Saturday, December 19, 2015

The Life-Changing Magic of Tidying-Up

Nonfiction by Marie Kondo.

The Life-Changing Magic of Tidying Up: The Japanese Art of Decluttering and Organizing

I'd read a lot about this book in various sources; people said it was fantastic, wonderful, etc. I did not find it to be worth such a build-up, and it was not "life-changing" by any stretch, but it wasn't a bad little book at all. It's about organizing your home, which the author calls "tidying."

(By the way, I think that's a pretty good word, although we never use it much in American English. It's different from "cleaning," which would involve scrubbing and cleansing, but that's the word Americans would usually use. I'd say, for example, that I'm going to "clean up" the living room, but what I mean is that I'm going to pick things up and make the room look nice. I don't actually mean I'm going to get soap and a scrub brush and wash down the place, so really I SHOULD say "tidy up." Still, it sounds weird to me as an American. But I digress.)

Marie Kondo is an organizational expert in her native Japan, and I can see why she is successful. I mean, talk about a person who loves her work; this chick REALLY cares about "tidying."

She writes about how she used to tidy her house, including her siblings' rooms, just for fun when she was a child. (Did you catch the phrases "as a child" and "just for fun" in that sentence? Seriously.)

She also seems to identify a lot with the things she tidies. For example, she tells a story about a woman who rolled up her socks into tight balls, which, according to Marie, is the absolute WRONG way to do it. Think how unhappy the poor socks are, to be rolled up so tightly! We should, she says, fold things the way they naturally WANT to be folded.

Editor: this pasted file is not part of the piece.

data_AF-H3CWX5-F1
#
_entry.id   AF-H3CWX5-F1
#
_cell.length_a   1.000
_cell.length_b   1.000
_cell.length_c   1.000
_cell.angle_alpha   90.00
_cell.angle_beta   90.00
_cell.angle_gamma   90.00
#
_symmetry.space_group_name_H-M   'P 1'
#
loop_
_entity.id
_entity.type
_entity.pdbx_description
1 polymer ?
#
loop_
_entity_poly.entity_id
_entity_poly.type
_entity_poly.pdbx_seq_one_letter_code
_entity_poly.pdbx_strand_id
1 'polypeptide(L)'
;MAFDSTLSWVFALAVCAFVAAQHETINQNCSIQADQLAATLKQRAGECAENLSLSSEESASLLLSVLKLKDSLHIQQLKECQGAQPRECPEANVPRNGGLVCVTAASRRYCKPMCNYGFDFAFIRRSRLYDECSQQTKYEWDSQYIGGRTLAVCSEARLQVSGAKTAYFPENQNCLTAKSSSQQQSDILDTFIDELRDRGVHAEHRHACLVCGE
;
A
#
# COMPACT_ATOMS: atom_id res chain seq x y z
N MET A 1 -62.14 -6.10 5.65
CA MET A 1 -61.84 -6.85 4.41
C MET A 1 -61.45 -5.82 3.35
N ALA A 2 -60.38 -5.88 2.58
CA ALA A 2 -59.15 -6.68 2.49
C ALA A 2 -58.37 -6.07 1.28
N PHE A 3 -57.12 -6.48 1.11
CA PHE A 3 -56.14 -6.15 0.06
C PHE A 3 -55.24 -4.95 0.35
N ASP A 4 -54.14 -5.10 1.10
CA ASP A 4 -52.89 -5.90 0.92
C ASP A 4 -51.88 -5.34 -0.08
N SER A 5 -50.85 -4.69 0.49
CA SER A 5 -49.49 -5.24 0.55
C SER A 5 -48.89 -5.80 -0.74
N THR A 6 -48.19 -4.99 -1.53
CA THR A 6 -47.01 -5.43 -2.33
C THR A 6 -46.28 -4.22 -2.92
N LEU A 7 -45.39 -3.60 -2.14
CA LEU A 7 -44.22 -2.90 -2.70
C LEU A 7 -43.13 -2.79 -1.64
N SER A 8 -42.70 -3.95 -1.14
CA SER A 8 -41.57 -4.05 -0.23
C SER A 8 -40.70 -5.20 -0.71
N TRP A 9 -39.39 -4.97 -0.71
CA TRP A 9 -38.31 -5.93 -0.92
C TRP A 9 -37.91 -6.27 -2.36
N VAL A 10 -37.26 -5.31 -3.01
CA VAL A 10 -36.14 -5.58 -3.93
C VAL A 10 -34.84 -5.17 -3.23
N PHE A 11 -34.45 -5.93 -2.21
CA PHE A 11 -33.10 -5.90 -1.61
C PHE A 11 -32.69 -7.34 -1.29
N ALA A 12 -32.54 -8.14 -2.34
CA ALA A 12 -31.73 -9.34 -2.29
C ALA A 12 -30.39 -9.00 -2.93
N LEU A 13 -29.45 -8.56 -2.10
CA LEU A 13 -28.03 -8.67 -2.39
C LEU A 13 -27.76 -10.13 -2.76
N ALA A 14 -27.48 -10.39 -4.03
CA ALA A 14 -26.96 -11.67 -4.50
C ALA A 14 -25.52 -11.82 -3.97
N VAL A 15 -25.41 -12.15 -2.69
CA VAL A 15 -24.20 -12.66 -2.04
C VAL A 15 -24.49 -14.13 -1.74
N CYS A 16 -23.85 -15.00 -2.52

I'm not making this up by the way. Like the Lorax, who speaks for the trees, Marie speaks for the clothes.

Joking aside, I felt like her techniques were pretty good ones, especially in that she advises getting rid of as much junk as possible. She also gives specific guidelines about what to keep and what to toss, which is helpful.

One thing I disagree with her strongly about, however, is what she says about tidying being a one-time chore. Marie insists that, once you have tidied, your house will magically stay that way forever. She claims that NONE of her previously slob-like clients have EVER relapsed back into messiness. She is sure that once you have your tidying done, you will easily and naturally return everything to its proper place after using it. No more worries!

Obviously this woman does not have children.

Update: 2/13/16 I read an article in People about Marie Kondo. Last year sometime she had her first baby, so he should be turning one year old pretty soon. This means that, coming up this summer, her little bundle of joy ought to be starting to wreak havoc on her tidy life. Forgive me a cruel chuckle at the thought. Bwahaha.

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